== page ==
Drug Rep Time

How to succeed in Pharmaceutical Sales.

Help me understand.

A few days ago I was at a POA meeting of one of the pharma companies. They invited me to get my feedback on their new promotional piece for one of the world’s largest brands. There were approximately fifteen sales reps, their DM, an ARM and two marketers from the brand team. The reps were presenting parts of the new sales aid, monitoring the impact, asking questions and getting my feedback and comments. We had a very intense, dynamic and informative interaction during which we went over at least two dozens points of how to deliver sales messages with the maximal impact on physicians. After a two hour long session the reps and their DM told me: ” You have no idea how huge this was for us”. Some of them took 3-4 pages of notes and comments; so it seemed like a great session. However, interestingly, the two marketers sitting there took no notes. Imagine-none. What was “huge” for the reps was not important for the marketing. I thought: “Wow, you must be self sufficient or plain naive. How can you possibly not being cureous about things that seemed so vital to your sales force?”. That brings two questions: Are your marketing departments even aware of what you folks struggle with?  And do they care? Please share your thoughts. Maybe that was just an isolated observation and your company’s marketing department is different. 


June 10, 2008 - Posted by | Marketing and Sales strategies | , , ,


  1. Since Marketing designed the MVA I really can’t imagine what type of notes they would need to be taking. No doubt there have been hours of time spent having docs look at and provide feedback on the MVA prior to releasing it to the field. The most important thing to me is how the reps feel about using it.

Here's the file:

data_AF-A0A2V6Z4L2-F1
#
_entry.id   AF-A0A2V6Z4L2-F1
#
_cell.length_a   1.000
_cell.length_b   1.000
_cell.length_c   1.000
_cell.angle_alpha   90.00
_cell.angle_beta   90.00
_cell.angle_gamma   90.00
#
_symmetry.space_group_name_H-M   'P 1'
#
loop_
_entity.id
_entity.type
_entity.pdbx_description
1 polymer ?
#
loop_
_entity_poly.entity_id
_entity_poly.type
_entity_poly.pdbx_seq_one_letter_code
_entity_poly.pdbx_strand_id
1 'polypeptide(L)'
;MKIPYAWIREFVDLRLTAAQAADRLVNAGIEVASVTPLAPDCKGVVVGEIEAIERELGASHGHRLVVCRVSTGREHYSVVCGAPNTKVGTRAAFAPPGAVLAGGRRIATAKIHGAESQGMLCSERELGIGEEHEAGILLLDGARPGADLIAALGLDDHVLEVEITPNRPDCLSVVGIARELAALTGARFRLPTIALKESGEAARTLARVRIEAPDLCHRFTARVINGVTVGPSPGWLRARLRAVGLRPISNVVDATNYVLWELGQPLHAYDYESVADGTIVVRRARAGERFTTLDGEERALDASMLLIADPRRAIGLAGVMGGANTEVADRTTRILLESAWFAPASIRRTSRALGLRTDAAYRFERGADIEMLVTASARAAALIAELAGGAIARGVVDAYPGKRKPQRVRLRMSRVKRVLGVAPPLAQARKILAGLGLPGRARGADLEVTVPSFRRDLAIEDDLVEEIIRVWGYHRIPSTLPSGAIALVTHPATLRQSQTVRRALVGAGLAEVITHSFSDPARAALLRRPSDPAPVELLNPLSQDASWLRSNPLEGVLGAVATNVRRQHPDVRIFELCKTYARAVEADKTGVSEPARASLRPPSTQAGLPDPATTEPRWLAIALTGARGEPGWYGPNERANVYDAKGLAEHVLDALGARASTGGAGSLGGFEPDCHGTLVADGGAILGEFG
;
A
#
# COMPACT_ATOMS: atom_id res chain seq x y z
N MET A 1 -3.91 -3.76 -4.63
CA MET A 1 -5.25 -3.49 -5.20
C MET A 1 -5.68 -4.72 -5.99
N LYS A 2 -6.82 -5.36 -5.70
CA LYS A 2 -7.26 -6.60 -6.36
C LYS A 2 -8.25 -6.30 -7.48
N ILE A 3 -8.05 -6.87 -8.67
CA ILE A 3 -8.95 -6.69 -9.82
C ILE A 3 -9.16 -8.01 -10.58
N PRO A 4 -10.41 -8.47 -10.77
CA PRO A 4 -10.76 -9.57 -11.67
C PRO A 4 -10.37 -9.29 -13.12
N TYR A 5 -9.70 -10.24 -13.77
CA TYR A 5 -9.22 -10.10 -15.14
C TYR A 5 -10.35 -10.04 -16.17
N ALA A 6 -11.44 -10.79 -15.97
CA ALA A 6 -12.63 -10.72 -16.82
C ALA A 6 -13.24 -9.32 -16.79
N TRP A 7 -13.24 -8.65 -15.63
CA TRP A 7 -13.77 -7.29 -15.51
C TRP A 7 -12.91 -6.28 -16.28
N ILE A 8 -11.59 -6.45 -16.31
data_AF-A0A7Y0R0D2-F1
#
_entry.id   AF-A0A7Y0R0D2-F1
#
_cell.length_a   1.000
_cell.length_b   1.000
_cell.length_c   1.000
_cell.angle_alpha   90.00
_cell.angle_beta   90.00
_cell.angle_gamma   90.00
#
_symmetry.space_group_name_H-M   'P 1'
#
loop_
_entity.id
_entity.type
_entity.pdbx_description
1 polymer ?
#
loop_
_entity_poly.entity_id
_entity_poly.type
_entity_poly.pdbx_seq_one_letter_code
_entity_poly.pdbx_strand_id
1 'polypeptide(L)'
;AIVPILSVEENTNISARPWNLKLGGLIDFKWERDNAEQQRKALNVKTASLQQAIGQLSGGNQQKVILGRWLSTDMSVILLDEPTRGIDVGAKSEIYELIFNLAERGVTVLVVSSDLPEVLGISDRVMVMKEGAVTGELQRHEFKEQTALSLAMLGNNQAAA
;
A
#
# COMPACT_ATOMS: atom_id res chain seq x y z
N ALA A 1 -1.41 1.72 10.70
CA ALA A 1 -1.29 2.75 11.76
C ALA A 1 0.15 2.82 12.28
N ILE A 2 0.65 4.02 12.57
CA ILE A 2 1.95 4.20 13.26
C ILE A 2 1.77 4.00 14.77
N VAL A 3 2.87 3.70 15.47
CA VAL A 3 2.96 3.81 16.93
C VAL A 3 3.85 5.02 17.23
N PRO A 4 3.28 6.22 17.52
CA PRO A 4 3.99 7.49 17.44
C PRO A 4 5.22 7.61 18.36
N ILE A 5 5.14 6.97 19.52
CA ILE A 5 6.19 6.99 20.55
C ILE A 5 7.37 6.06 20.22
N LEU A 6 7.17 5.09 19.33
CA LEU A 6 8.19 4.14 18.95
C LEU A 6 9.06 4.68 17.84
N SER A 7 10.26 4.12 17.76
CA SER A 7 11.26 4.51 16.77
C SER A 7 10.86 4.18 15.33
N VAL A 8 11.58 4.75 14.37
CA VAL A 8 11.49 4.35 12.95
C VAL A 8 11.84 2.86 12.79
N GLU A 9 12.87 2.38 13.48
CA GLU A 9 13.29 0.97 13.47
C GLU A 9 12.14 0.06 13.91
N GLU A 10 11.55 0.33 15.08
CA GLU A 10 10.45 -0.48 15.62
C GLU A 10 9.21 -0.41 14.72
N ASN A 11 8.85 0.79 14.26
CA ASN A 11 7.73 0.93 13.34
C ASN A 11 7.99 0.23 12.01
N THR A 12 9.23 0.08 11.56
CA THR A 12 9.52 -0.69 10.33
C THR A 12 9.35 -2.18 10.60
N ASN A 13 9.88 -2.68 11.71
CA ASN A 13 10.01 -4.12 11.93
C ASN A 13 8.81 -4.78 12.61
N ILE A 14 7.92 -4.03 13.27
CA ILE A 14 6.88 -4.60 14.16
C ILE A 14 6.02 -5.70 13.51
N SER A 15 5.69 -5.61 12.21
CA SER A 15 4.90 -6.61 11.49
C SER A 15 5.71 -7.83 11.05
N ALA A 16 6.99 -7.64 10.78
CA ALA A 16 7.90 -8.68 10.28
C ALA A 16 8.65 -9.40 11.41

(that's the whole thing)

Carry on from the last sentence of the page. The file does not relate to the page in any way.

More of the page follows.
Comment by JD | June 11, 2008 | Reply

  2. Your right, I don’t believe they take into consideration what is effective in the field. We need more truthful input from Dr.s.

    Comment by N | June 11, 2008 | Reply

  3. Ah, so now you see the IDIOCY we deal with on a day in, day out basis. These marketing guys who were reps 3+ years ago have ZERO idea what is going on in the field. They’ve JUST begun to take our feedback and apply it sparingly. So now when you look at our detail pieces/computer screens with a slightly quizzical look on your face; you know how it all came to be

    Comment by Anonymous | June 11, 2008 | Reply

  4. These corporate ying-yangs have no clue what docs really need or want to hear. They devise these stupid MVA’s that are 14 pgs long, and no doctor is going to bother to read them over a lunch or on their own. Then they make you go around with your bosses to busy doctors offices and bore the hell out of the docs and staff so you can be evaluated on a unrealistic day in the field. They would be better off giving you a dozen flash cards with one or two line pivitol pearls of information only, to be given to the doctor as needed. But that wouldn’t warrant their fat fees or existence so the dance goes on.

    Comment by BC-1 | June 12, 2008 | Reply